From pork rinds to power boats, from 7:15 a.m. workday starts to spur-of-the-moment shopping jaunts, George Herbert Walker Bush already is setting a pace and a style far different from the man he will succeed.

The nation's 41st president is a man of aristocratic breeding and down-home tastes. He enjoys country music, dropping by Sears to buy power tools, jogging a mile or two. His drink of choice is a vodka martini, his idea of competitive sports is a good game of horseshoes, his suits are tailor-made.During his campaign, Bush often joked that one of his hardest tasks during eight years as Ronald Reagan's vice president was "keeping my charisma in check."

As Bush nears his inauguration, he has exhibited a salty, easygoing confidence that, if not everyone's idea of charisma, is at least sharply at odds with the onetime perception of him as awkward in public, whiny of voice, and wimpy in demeanor.

Bush still speaks in bursts and with a syntax that is often haphazard. He sprinkles his conversation with phrases such as "going ballistic" and "I'm not going to get all tense," and talks about "the drug thing" or the "Persian Gulf thing."

But Bush seems far more at ease with himself now and has exhibited a quick-wittedness, particularly in his dealings with reporters, that seemed to be missing in the past.

After avoiding regular contact with reporters during his campaign, Bush now admits that he relishes the give-and-take of news conferences, and has held a dozen or so of them since his election.

His humor is often self-deprecating, as when a reporter recently began a question: "Mr. Vice President. Do you ever stop to think - "

"Not often," Bush interrupted.

Bush, 64, said in a recent interview that he shared with wife Barbara upon rising one morning a few days ago a sudden revelation: "I feel excited about this job."

Bush has made it clear he intends to be up and about _ a prospect that must make the Secret Service nervous and which doesn't make reporters' jobs any easier.

"I'm not going to be isolated and cut off. Say I want to go buy a suit. I want to eat Peking duck. And I don't want to have to spend a lot of time worrying about where people are. I want to say, `I'm ready to go, let's go," he said.

Bush's forays into town are becoming legendary _ remindful of the unannounced trips President Lyndon Johnson used to take.

He buys bagels at a local delicatessen, makes frequent trips to a Washington men's shop to be fitted for suits, goes out himself to buy presents for his wife, and often drops by the local Safeway to pick up a few groceries.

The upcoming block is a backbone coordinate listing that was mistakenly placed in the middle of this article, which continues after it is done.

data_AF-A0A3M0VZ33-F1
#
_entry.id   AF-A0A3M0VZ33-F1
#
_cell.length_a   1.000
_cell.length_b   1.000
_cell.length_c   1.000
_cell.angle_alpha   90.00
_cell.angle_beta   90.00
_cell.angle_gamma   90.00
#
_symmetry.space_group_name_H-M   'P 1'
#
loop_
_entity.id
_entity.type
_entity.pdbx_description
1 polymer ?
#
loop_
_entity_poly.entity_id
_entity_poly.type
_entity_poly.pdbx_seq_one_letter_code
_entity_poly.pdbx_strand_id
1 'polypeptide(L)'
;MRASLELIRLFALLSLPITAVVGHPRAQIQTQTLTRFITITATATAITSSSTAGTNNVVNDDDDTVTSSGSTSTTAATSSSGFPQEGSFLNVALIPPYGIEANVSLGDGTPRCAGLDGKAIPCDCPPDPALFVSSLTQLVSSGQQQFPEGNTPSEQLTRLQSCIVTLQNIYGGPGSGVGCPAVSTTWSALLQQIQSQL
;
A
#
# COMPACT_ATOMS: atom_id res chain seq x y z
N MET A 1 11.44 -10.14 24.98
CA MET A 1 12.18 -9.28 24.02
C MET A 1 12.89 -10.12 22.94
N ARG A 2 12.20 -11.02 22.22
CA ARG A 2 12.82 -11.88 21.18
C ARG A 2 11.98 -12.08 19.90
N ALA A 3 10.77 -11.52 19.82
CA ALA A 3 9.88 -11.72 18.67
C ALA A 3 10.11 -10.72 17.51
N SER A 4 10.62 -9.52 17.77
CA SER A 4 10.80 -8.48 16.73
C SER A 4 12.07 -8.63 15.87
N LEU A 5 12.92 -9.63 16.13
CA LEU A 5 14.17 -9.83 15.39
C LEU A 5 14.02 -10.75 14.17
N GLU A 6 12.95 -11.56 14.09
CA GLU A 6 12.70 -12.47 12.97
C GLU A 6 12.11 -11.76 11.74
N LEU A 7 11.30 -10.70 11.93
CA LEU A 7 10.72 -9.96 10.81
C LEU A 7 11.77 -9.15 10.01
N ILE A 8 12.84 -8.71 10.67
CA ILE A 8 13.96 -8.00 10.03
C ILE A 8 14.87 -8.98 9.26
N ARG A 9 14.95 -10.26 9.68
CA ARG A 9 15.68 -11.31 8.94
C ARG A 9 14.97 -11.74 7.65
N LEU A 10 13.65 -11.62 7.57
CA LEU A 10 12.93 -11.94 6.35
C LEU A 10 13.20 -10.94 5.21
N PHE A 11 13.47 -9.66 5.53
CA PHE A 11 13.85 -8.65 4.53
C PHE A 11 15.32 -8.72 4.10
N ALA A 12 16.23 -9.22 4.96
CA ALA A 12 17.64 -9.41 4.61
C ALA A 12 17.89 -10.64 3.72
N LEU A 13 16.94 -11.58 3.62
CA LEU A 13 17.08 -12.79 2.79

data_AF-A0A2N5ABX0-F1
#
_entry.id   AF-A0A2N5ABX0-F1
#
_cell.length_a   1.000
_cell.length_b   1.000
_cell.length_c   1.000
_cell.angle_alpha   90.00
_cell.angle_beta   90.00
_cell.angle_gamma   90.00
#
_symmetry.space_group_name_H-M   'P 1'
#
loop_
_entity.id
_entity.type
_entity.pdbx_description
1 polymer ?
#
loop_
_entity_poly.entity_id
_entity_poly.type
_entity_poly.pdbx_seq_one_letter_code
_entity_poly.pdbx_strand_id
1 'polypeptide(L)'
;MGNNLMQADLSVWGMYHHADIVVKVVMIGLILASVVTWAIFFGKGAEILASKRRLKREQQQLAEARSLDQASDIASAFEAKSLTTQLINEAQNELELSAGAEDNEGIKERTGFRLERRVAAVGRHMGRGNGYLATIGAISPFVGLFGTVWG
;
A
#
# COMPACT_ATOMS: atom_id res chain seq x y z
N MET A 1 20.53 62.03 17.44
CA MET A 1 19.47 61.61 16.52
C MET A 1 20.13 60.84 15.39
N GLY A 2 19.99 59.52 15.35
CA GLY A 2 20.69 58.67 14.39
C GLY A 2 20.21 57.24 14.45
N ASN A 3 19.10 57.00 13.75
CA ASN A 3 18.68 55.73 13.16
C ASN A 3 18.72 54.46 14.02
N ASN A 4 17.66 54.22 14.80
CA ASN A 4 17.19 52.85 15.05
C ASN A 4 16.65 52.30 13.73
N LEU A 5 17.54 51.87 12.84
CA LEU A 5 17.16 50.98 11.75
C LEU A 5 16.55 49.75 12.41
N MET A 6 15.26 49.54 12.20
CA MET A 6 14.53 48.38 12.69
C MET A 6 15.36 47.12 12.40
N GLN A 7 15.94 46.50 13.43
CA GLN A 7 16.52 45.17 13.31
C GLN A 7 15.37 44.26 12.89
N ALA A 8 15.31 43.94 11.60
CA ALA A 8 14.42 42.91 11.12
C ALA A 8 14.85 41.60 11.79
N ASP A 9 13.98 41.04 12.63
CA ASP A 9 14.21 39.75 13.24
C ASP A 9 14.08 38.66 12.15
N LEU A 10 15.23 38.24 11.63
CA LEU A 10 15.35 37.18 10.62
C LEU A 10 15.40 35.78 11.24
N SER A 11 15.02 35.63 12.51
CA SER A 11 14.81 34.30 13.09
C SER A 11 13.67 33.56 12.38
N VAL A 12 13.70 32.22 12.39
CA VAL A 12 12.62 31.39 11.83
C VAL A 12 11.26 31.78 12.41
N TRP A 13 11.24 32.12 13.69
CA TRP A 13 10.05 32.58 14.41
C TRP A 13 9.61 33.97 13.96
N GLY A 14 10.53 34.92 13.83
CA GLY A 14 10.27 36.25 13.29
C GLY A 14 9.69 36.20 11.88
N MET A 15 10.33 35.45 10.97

Bush enjoys playing tennis with his family and with tennis pros, and as vice president and president-elect often dropped in unannounced at the gymnasium in the House Rayburn Office Building to work out with former colleagues.

He enjoys restaurants, often lingering for hours over meals with friends and guests.

In his beloved vacation home of Kennebunkport, Maine, Bush frequently takes unannounced walks through the village, patronizes local shops, takes his boat out for a spin, goes fishing, jogs through the neighborhood.

At his oceanside family compound, he uses one cottage as an office, where he does his own typing on an electric typerwriter set up at his desk.

On a recent visit, he shushed reporters asking him questions while he was fishing in a local river _ telling them not to scare away the fish. However, he admitted, he never caught fish at that particular spot anyway. So why did he return there? "I like to cast," he said.

While Bush seems certain to continue his visits to the family estate in Kennebunkport during warm weather, he has indicated he plans to spend a lot of time at Camp David, the presidential retreat in Maryland; and is reportedly eyeing the purchase of a condominium in the Florida Keys, where he enjoys fishing.

The former oil industry executive, while claiming Texas as his adopted home, does not back away from his New England roots or his good fortune at birth, once joking that his forefathers had come on the Mayflower _ you could tell them because they all were holding Bloomingdale's shopping bags, he said.

But at the same time, he's a man who enjoys country music, watching rented video tapes and who sometimes drives around the Naval Observatory grounds, where the vice presidential residence is located, because he's chauffeured everywhere else.

Then there's the Bush family enthusiasm for sports _ from tennis to horseshoes. When Bush talks about a "six pack," he's not talking beer _ although he's been known to enjoy one on occasion _ but about wrapping successive horseshoes around the pole.

Bush once even suggested that horseshoes was "the national sport," and has hinted he plans to install a horseshoe pit on the White House grounds.

Bush, trim at six-foot-two, runs several times a week, usually doing about two miles at a time.

And, while he is known to enjoy fine meals in good restaurants, he also has a fondness for junk food _ downing pork rinds and smothering nearly everything in hot sauce, even tuna fish sandwiches.

The diet doesn't seem to have hurt his health. Bush has an enviable cholesterol count of 192.